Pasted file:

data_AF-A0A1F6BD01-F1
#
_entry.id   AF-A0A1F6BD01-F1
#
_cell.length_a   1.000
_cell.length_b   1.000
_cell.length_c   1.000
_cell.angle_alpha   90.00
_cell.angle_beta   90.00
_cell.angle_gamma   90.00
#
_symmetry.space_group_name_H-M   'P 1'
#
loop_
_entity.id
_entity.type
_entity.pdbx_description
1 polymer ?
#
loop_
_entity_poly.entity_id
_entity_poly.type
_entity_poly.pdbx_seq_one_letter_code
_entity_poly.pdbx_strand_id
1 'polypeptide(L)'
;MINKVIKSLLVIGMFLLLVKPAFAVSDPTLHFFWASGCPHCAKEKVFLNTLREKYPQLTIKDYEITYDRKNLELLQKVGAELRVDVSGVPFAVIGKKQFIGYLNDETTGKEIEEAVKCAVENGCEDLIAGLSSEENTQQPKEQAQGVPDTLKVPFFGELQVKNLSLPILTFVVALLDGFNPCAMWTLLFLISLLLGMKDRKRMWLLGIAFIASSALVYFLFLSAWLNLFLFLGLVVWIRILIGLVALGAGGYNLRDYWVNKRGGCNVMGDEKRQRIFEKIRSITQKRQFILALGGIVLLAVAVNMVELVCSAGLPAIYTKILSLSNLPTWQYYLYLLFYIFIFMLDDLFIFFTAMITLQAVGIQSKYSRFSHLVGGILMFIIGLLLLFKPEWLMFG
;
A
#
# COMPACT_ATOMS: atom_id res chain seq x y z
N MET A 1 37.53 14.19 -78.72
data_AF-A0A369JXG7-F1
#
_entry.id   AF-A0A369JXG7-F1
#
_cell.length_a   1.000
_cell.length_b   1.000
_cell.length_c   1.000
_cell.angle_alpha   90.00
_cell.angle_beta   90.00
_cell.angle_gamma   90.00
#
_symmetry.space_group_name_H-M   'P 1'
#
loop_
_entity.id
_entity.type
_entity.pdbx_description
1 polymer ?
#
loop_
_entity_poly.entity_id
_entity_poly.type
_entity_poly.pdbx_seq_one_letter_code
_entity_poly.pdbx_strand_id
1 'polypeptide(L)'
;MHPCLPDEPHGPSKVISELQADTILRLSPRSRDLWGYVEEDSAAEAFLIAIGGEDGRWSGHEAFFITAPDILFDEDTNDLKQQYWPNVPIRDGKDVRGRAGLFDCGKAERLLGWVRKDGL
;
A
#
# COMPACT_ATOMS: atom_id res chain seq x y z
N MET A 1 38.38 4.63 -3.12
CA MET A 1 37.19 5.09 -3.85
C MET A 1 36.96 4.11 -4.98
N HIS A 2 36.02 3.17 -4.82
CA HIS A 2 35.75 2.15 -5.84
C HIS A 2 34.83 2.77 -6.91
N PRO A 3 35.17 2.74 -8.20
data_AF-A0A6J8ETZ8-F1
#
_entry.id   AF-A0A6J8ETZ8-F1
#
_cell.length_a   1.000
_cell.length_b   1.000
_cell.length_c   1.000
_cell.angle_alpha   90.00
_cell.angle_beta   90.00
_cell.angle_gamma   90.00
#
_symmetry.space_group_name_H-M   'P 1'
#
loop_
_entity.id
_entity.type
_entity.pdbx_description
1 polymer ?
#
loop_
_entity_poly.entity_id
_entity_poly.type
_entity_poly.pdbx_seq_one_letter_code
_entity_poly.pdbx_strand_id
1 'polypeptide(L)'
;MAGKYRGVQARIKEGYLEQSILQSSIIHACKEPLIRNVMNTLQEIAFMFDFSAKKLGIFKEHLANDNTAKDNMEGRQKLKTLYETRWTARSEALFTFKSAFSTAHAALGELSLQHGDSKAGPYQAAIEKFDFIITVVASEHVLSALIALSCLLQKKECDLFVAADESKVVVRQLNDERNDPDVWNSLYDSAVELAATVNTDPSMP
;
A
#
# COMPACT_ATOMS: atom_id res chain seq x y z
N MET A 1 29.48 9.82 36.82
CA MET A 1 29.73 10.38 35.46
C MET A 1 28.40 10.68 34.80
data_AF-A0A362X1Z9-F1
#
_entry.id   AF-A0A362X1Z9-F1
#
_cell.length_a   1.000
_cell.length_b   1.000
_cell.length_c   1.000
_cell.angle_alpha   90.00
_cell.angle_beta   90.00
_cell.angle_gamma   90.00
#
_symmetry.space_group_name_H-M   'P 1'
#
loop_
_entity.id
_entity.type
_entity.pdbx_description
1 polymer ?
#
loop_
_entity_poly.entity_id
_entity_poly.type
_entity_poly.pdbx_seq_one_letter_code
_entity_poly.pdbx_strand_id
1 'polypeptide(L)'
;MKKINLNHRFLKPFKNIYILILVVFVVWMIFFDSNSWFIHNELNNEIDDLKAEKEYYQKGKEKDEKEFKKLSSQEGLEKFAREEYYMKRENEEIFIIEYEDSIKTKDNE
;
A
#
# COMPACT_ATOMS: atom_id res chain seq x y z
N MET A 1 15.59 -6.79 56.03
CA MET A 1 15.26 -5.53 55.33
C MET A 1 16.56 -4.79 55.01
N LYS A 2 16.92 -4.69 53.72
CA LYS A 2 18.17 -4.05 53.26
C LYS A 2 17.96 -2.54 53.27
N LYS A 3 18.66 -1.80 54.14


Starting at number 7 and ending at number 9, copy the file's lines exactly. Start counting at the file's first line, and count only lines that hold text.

_cell.length_c   1.000
_cell.angle_alpha   90.00
_cell.angle_beta   90.00